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Influence of Environment on the Individual

  • Date Submitted: 12/19/2011 12:22 PM
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Influence of Environment on the Individual
Phaedra Rosengarth
ENG302
November 15, 2010
Judith Glass

Influence of Environment on the Individual
“By the conclusion of the nineteenth century, the new American nation that had begun the century clinging to a narrow strip of land along the Atlantic coast, untested in its politics, shaky in its economy, and an infant in its arts, had stretched westward over a vast continent, established its military and political might in conflicts at home and aboard, built an astonishing prosperity from its natural resources and its national talent for invention and industry, and developed a rich and enduring literature” (Perkins, p. 1321).
In 1800, the United States was a new country embarking on a brand-new test in republican rule. Seventeen states hugged the east coast as voyagers and pioneers established regions in the west. The bulk of folks lived and worked on farms. The total inhabitants were less than six million. One hundred years later, seventy-six million people lived in the United States. Millions of Americans roamed west or to metropolitan centers. Always a land of settlers, the United States experienced unparalleled settlement in this period. Swift improvements in skill and automation altered and continued to change the way in which Americans lived and worked.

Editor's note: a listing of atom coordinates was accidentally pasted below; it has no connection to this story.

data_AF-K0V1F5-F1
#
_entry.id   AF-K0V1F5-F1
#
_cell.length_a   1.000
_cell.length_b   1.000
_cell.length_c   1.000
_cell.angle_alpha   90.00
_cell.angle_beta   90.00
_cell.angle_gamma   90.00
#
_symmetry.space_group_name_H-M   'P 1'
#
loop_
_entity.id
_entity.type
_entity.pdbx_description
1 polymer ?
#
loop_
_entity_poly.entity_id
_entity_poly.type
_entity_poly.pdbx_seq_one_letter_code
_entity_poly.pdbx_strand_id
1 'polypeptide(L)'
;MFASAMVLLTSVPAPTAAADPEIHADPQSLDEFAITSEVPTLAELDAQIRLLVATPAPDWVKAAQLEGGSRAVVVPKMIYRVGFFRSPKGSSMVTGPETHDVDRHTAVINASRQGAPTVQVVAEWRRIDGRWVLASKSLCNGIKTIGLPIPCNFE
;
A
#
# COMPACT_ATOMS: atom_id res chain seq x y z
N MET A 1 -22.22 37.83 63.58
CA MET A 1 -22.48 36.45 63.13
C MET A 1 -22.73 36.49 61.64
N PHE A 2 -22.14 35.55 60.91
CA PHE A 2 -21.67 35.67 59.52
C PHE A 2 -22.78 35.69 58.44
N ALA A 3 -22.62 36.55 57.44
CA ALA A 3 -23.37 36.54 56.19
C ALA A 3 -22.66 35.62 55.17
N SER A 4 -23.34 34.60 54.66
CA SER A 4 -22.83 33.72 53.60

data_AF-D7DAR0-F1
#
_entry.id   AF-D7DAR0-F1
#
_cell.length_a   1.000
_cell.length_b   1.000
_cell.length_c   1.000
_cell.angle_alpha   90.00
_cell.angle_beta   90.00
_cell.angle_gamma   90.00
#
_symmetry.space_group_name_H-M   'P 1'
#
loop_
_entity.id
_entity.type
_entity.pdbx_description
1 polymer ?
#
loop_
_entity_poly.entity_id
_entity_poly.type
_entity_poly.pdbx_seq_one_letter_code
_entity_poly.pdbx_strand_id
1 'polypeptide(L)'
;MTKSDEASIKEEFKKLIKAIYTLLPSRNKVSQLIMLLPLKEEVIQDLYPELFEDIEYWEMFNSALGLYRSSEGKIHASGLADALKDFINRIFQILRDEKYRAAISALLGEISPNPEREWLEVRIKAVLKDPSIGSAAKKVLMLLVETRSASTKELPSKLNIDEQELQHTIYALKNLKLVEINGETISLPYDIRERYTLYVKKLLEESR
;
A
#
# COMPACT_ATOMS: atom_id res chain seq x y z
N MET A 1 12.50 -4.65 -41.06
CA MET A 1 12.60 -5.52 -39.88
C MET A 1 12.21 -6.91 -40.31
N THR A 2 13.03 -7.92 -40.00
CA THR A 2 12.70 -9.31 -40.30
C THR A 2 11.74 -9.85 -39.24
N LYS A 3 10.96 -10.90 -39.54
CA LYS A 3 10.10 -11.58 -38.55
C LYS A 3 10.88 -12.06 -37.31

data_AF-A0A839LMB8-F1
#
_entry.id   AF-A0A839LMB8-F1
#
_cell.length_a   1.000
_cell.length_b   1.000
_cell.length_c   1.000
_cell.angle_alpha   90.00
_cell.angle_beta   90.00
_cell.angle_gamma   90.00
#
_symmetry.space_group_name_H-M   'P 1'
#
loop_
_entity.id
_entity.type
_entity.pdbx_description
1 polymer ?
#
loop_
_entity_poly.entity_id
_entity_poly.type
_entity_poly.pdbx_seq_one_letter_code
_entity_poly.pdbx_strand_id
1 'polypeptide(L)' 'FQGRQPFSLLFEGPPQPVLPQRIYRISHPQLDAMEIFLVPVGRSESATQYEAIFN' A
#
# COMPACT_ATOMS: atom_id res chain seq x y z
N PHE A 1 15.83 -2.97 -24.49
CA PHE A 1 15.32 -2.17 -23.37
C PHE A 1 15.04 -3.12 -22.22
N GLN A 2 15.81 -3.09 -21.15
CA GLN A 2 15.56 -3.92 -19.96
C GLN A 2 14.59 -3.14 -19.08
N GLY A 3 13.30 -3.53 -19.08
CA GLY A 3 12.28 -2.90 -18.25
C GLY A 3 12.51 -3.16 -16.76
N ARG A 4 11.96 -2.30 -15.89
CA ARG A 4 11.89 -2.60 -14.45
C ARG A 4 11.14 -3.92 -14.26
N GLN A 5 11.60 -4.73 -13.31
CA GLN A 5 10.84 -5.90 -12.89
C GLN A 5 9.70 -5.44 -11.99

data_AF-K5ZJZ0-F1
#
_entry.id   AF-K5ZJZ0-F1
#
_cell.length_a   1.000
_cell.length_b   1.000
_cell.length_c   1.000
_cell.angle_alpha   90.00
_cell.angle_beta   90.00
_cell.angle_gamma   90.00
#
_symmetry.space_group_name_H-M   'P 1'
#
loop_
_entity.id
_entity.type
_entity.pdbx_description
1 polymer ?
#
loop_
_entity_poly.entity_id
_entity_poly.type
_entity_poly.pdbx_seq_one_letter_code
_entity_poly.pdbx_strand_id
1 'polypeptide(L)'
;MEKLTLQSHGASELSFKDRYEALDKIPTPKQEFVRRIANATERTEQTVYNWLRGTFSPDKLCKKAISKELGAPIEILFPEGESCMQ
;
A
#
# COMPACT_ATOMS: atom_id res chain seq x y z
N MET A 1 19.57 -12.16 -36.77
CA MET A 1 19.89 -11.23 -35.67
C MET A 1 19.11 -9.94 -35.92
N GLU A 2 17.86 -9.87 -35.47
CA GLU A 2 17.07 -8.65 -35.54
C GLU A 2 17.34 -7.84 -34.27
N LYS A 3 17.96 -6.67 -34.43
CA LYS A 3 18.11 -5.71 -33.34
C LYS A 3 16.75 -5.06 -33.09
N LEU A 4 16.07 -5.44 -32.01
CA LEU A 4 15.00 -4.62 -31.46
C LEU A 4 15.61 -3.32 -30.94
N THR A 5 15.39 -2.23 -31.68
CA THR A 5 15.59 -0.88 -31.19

These improvements had a murkier side, however. Men, women and children worked extended periods in dangerous plants to meet the unquenchable American craving for low-priced, mass-produced merchandise. Meanwhile, country ranchers fought to keep their homesteads in the face of increased opposition, expensive equipment, and dwindling prices. The public and financial pressures that accompanied swift development took its toll on Americans in this period. American culture upheld the family circle as a sanctuary from the stresses of urban and industrial life. Parents were admonished to shield the purity of their children from the harsh reality of the outside world...

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